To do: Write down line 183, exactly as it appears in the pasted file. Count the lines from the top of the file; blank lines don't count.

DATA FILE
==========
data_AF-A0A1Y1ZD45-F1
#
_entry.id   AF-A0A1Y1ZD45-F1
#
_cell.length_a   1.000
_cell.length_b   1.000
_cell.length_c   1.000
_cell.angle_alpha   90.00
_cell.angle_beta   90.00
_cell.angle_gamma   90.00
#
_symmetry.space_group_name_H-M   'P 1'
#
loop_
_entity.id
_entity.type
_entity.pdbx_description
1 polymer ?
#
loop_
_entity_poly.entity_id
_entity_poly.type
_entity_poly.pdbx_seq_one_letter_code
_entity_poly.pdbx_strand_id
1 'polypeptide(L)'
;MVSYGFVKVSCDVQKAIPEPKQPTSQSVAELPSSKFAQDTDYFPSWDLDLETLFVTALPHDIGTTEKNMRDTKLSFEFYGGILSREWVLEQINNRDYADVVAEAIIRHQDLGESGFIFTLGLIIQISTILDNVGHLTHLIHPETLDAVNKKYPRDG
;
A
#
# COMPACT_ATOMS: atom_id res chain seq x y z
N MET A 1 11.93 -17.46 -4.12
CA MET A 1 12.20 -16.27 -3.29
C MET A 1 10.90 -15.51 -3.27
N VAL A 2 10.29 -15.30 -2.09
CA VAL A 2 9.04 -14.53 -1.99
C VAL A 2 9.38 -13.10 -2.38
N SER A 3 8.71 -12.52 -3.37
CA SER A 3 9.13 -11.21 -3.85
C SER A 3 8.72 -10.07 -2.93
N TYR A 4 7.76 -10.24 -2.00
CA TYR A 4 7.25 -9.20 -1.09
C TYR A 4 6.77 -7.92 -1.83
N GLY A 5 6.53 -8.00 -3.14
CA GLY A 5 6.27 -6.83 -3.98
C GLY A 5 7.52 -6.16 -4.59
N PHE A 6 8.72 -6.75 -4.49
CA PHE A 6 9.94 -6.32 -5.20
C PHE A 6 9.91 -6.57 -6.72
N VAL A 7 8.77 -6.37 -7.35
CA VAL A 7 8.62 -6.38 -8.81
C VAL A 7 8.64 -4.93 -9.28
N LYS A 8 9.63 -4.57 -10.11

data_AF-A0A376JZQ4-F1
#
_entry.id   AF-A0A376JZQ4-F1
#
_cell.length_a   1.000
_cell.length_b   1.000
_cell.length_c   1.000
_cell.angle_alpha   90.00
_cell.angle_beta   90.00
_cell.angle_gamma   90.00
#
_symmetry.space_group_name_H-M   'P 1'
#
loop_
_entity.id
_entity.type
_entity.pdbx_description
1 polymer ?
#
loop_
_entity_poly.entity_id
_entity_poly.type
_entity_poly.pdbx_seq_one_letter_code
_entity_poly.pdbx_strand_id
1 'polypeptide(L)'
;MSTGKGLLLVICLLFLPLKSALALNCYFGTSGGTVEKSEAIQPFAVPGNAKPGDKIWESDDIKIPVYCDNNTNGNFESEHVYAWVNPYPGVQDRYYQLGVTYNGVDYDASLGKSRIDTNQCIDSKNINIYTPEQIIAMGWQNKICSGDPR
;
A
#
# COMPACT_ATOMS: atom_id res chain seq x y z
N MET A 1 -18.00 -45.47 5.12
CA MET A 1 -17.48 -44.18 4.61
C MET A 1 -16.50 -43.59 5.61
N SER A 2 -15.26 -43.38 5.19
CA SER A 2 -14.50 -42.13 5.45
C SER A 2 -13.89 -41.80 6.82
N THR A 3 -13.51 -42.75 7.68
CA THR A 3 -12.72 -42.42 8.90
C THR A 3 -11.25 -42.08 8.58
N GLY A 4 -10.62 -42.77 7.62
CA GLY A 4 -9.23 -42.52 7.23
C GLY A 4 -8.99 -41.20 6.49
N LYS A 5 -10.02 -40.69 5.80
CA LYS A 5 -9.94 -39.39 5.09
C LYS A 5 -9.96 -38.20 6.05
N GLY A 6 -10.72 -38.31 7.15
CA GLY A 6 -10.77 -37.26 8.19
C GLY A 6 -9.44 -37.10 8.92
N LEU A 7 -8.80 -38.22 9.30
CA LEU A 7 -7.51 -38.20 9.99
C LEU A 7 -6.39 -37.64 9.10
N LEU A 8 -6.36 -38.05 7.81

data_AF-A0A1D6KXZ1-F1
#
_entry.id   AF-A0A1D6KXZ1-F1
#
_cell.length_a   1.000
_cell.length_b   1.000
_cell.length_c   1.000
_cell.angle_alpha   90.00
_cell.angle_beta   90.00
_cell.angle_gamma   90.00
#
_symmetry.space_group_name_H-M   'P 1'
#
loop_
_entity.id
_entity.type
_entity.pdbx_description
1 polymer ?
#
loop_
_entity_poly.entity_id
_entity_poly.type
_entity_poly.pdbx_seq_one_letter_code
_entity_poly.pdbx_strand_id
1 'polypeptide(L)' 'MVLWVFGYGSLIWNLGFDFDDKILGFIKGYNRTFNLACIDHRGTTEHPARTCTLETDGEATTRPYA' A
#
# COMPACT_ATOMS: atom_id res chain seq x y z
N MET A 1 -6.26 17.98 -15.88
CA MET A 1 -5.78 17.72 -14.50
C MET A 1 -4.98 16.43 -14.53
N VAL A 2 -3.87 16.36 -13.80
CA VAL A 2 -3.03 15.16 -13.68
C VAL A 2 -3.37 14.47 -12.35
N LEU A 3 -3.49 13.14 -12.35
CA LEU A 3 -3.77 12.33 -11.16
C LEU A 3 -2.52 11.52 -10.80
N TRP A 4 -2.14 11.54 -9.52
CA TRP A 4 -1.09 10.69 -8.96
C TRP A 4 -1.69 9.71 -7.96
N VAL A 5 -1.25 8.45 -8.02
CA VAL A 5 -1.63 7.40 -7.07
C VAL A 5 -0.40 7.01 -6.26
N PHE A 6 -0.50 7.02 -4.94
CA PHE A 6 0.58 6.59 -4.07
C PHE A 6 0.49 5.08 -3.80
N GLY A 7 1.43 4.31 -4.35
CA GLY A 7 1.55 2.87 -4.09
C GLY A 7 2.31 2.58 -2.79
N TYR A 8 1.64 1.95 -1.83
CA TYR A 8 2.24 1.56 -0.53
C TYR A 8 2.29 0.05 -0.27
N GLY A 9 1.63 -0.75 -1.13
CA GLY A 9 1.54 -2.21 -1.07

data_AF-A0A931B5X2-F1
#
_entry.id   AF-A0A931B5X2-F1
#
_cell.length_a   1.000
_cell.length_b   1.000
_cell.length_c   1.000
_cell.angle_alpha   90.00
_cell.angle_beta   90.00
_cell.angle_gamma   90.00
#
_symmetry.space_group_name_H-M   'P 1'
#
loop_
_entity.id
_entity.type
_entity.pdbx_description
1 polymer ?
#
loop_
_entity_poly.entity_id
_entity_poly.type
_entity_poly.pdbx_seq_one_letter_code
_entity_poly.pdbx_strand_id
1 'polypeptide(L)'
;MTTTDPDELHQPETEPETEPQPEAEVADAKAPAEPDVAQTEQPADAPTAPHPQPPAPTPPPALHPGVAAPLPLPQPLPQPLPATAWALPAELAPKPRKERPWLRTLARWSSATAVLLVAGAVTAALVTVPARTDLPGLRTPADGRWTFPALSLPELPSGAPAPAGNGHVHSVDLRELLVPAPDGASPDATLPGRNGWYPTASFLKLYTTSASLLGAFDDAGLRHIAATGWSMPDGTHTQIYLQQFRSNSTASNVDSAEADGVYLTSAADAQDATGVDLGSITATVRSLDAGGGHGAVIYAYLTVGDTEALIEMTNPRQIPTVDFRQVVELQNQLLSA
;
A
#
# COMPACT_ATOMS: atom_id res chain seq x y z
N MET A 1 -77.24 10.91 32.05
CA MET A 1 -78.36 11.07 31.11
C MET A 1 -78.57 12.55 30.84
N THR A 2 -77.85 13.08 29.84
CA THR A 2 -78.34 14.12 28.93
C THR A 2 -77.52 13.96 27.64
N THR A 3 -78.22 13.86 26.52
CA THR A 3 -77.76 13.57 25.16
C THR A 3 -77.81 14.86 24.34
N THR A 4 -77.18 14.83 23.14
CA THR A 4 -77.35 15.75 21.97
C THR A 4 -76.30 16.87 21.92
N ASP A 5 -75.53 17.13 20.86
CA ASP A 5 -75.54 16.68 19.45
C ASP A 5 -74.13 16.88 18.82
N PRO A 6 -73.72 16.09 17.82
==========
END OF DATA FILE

;MTTTDPDELHQPETEPETEPQPEAEVADAKAPAEPDVAQTEQPADAPTAPHPQPPAPTPPPALHPGVAAPLPLPQPLPQPLPATAWALPAELAPKPRKERPWLRTLARWSSATAVLLVAGAVTAALVTVPARTDLPGLRTPADGRWTFPALSLPELPSGAPAPAGNGHVHSVDLRELLVPAPDGASPDATLPGRNGWYPTASFLKLYTTSASLLGAFDDAGLRHIAATGWSMPDGTHTQIYLQQFRSNSTASNVDSAEADGVYLTSAADAQDATGVDLGSITATVRSLDAGGGHGAVIYAYLTVGDTEALIEMTNPRQIPTVDFRQVVELQNQLLSA